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{n: Attlee, Clement Attlee, Clement Richard Attlee, 1st Earl Attlee} British statesman and leader of the Labour party who instituted the welfare state in England (1883-1967)

{n: Baldwin, Stanley Baldwin, 1st Earl Baldwin of Bewdley} English statesman; member of the Conservative Party (1867-1947)

{n: Balfour, Arthur James Balfour, 1st Earl of Balfour} English statesman; member of the Conservative Party (1848-1930)

{n: Burger, Warren Burger, Warren E. Burger, Warren Earl Burger} United States jurist appointed chief justice of the United States Supreme Court by Richard Nixon (1907-1995)

{n: Carter, Jimmy Carter, James Earl Carter, James Earl Carter Jr., President Carter} 39th President of the United States (1924-)

{n: Chesterfield, Fourth Earl of Chesterfield, Philip Dormer Stanhope} suave and witty English statesman remembered mostly for letters to his son (1694-1773)

{n: Disraeli, Benjamin Disraeli, First Earl of Beaconsfield} British statesman who as Prime Minister bought controlling interest in the Suez Canal and made Queen Victoria the empress of India (1804-1881)

{n: Earl Marshal} an officer of the English peerage who organizes royal processions and other ceremonies

{n: Grey, Charles Grey, Second Earl Grey} Englishman who as Prime Minister implemented social reforms including the abolition of slavery throughout the British Empire (1764-1845)

{n: Kitchener, Herbert Kitchener, Horatio Herbert Kitchener, First Earl Kitchener of Khartoum} British field marshal (1850-1916)

{n: Marston Moor, battle of Marston Moor} a battle in 1644 in which the Parliamentarians under the earl of Manchester defeated the Royalists under Prince Rupert

{n: Montfort, Simon de Montfort, Earl of Leicester} an English nobleman who led the baronial rebellion against Henry III (1208-1265)

{n: North, Frederick North, Second Earl of Guilford} British statesman under George III whose policies led to rebellion in the American colonies (1732-1792)

{n: Pitt, William Pitt, First Earl of Chatham, Pitt the Elder} English statesman who brought the Seven Years' War to an end (1708-1778)

{n: Pitt, William Pitt, Second Earl of Chatham, Pitt the Younger} English statesman and son of Pitt the Elder (1759-1806)

{n: Russell, Bertrand Russell, Bertrand Arthur William Russell, Earl Russell} English philosopher and mathematician who collaborated with Whitehead (1872-1970)

{n: Walpole, Horace Walpole, Horatio Walpole, Fourth Earl of Orford} English writer and historian; son of Sir Robert Walpole (1717-1797)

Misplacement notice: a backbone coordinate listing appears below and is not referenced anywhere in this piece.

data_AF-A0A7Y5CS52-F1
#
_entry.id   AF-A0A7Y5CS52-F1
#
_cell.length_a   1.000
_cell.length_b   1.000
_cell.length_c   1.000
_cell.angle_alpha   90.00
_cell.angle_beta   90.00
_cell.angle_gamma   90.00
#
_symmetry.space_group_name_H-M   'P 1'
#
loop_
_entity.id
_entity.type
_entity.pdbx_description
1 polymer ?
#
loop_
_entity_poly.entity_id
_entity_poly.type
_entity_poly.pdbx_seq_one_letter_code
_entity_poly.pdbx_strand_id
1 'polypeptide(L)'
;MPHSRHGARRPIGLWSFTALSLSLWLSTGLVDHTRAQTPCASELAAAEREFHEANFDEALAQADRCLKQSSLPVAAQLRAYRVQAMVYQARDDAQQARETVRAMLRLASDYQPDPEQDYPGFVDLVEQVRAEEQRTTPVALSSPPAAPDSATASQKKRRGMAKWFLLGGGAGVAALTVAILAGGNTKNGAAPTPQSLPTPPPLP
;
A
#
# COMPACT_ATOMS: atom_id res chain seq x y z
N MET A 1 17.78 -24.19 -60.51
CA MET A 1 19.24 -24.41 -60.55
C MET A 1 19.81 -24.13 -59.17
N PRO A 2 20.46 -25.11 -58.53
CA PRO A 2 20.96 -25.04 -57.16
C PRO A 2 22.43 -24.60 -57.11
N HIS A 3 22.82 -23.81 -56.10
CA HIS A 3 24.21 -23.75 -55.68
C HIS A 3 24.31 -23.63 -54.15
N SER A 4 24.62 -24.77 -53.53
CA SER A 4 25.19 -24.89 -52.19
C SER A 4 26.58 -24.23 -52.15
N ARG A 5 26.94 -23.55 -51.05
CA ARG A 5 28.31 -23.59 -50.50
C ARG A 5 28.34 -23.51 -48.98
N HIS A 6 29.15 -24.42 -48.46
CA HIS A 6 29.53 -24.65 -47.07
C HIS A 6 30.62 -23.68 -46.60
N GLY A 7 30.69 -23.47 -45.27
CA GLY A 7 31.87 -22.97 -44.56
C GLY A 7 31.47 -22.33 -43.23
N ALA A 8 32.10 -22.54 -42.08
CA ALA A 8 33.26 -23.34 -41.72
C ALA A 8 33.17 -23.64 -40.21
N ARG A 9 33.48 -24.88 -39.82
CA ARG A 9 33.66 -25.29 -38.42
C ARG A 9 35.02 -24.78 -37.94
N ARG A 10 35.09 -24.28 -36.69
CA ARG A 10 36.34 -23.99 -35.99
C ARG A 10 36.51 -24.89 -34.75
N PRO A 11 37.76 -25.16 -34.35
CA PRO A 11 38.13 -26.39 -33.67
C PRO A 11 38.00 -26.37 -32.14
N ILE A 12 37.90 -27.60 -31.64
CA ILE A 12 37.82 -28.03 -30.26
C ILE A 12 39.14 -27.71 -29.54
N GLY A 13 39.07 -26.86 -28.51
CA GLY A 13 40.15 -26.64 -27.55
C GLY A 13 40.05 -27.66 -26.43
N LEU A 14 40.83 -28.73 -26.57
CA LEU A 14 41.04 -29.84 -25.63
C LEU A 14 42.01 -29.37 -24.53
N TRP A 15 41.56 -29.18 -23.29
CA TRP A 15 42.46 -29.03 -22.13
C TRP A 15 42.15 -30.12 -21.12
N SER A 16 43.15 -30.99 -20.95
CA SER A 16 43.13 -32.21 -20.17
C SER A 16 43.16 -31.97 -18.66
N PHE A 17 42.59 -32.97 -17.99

{n: Walpole, Robert Walpole, Sir Robert Walpole, First Earl of Orford} Englishman and Whig statesman who (under George I) was effectively the first British prime minister (1676-1745)

{n: Warren, Earl Warren} United States jurist who served as chief justice of the United States Supreme Court (1891-1974)

{n: Warwick, Earl of Warwick, Richard Neville, Kingmaker} English statesman; during the War of the Roses he fought first for the house of York and secured the throne for Edward IV and then changed sides to fight for the house of Lancaster and secured the throne for Henry VI (1428-1471)

{n: Wavell, Archibald Percival Wavell, First Earl Wavell} British field marshal in North Africa in World War II; he defeated the Italians before being defeated by the Germans (1883-1950)

{n: countess} female equivalent of a count or earl

{n: count} a nobleman (in various countries) having rank equal to a British earl

{n: earldom} the dignity or rank or position of an earl or countess

{n: earldom} the domain controlled by an earl or count or countess

{n: earl} a British peer ranking below a marquess and above a viscount

{n: kingmaker} an important person who can bring leaders to power through the exercise of political influence
"the Earl of Warwick was the first kingmaker"

{n: marquess} a British peer ranking below a duke and above an earl

{n: peer} a nobleman (duke or marquis or earl or viscount or baron) who is a member of the British peerage

{n: second estate, lords temporal} the second estate of the realm: the nobility (especially British nobility) of the rank of duke or marquess or earl or viscount or baron

{n: viscount} a British peer who ranks below an earl and above a baron

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